Getting their reward: Quins’ flying start owed much to their belief in English talent

WHILST YOU were busy watching RWC 2011, it may have escaped your notice that the first six rounds of the Aviva Premiership took place. The biggest difference for the competition during a World Cup is the reduction in media coverage, though crowds usually hold up quite well.

This time around there was some deterioration in numbers compared to the same period last season, including significant declines at Wasps, Newcastle and, strangely, Exeter and Saracens, both of whom made good starts to the season. Once again it goes to show that team performance isn’t a guaranteed way of increasing your gate.

On the other hand, Gloucester’s gates are up, Sale’s are steady and Harlequins have experienced a marginal decline. The traditional Big Two of Leicester and Saints have deteriorated a little but are still the envy of the other clubs.

Most commentary on club message boards centred on the number of players away at the World Cup. The Tigers’ poor start has been the main story and much was made of the gaps in their squad. Yet it could be argued that it was injuries as much as call-ups that hampered Richard Cockerill’s charges. You can plan for the World Cup to some extent but the Tigers copped an almighty injury list at the same time, which left even the biggest and strongest squad in the league looking thin.

Northampton’s poor showing was more surprising. Many felt they had addressed their strength in depth over the summer, but the loss of their five England players and Soane Tonga’uiha hit them harder than expected and the same will happen over the Six Nations.

The Tigers will keep the likes of Marcos Ayerza, Horacio Agulla, Alesana Tuilagi, and probably Thomas Waldrom and Geordan Murphy as well, over this period. So they should be fine, whereas Saints might struggle again in the spring. The majority of teams are where you’d expect them to be in a ‘normal’ season.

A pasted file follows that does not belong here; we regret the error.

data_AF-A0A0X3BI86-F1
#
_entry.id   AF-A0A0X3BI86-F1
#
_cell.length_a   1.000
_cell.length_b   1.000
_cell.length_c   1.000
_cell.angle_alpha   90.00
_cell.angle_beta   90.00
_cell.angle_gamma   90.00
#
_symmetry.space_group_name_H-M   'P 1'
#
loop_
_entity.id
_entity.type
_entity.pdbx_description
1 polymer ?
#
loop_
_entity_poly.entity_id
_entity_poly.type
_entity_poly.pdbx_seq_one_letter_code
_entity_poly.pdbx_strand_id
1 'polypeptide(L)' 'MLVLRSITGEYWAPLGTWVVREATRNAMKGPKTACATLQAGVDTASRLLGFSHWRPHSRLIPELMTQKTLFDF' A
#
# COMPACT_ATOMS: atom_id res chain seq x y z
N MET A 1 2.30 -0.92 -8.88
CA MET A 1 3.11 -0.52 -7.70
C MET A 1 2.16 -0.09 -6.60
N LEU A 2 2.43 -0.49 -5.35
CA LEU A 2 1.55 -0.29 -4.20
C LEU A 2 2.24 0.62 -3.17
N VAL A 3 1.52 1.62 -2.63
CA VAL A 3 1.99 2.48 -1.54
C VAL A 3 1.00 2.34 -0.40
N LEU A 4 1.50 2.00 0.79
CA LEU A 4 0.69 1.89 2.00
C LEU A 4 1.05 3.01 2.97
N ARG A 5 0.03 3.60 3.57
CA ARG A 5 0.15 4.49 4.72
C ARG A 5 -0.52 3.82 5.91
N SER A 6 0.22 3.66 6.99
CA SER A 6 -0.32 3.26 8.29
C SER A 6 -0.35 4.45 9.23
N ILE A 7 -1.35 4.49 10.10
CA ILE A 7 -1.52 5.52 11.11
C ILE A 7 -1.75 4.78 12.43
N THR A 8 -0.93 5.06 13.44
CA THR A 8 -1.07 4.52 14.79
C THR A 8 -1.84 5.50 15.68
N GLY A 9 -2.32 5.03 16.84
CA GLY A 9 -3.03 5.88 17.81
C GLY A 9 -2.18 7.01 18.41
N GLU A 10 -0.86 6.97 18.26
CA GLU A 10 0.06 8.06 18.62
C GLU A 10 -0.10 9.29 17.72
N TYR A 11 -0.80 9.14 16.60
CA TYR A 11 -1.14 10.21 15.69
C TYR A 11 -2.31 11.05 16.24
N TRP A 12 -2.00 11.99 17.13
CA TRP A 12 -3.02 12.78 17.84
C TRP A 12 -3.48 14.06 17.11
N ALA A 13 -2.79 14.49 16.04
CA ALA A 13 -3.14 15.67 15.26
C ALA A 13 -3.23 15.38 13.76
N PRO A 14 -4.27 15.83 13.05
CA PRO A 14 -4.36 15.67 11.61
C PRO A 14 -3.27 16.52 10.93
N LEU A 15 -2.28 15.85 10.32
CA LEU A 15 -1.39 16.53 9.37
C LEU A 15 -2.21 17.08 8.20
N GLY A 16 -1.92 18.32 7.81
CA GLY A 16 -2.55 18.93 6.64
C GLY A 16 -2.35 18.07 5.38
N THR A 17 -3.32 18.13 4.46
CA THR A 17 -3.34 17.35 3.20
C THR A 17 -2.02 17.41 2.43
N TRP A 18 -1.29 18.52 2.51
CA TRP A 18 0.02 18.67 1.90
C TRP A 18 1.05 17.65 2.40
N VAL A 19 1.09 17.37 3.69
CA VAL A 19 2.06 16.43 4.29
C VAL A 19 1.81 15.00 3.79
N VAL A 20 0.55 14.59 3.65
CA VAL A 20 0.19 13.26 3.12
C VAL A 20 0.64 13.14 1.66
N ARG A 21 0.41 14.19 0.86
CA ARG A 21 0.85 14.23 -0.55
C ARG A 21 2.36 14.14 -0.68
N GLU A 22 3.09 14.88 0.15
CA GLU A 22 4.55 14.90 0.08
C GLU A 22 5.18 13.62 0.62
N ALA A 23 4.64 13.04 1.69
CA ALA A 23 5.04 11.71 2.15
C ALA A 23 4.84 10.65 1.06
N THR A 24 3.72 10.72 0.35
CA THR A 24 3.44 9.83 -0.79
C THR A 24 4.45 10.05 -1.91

Those who are possibly overachieving are the Chiefs, Harlequins and Sale. The first two benefited from having a lot of English players, thereby limiting the number they could lose to the World Cup. Quins had a number close to selection but who didn’t go (Ugo Monye, Chris Robshaw, James Johnston, Mike Brown).

Sale have benefited from a complete overhaul in the past nine months and absorbed the temporary loss of 11 players, if you count the injured Andy Sheridan and Hendre Fourie. Funnily enough, we haven’t heard much complaining from Steve Diamond. He has planned well.

Every four years we hear the same debate about whether the Premiership should be suspended during the World Cup. Frankly, it’s hard to see how it could be, without playing more games over the Six Nations – which amounts to the same thing. But I’d wager a tidy sum that the final placings will have a familiar look.

Anyway, next time around the debate will be academic – the IRB never allows domestic rugby to continue in the host nation during a World Cup.

This article appeared in the December 2011 issue of Rugby World Magazine.

Find a newsagent that sells Rugby World in the UK. Or you may prefer the digital edition on your MAC, PC, or iPad.

Would you like to sign up to Rugby World’s excellent weekly email newsletter? Click here.

For Back Issues Contact John Denton Services at 01733-385-170 visit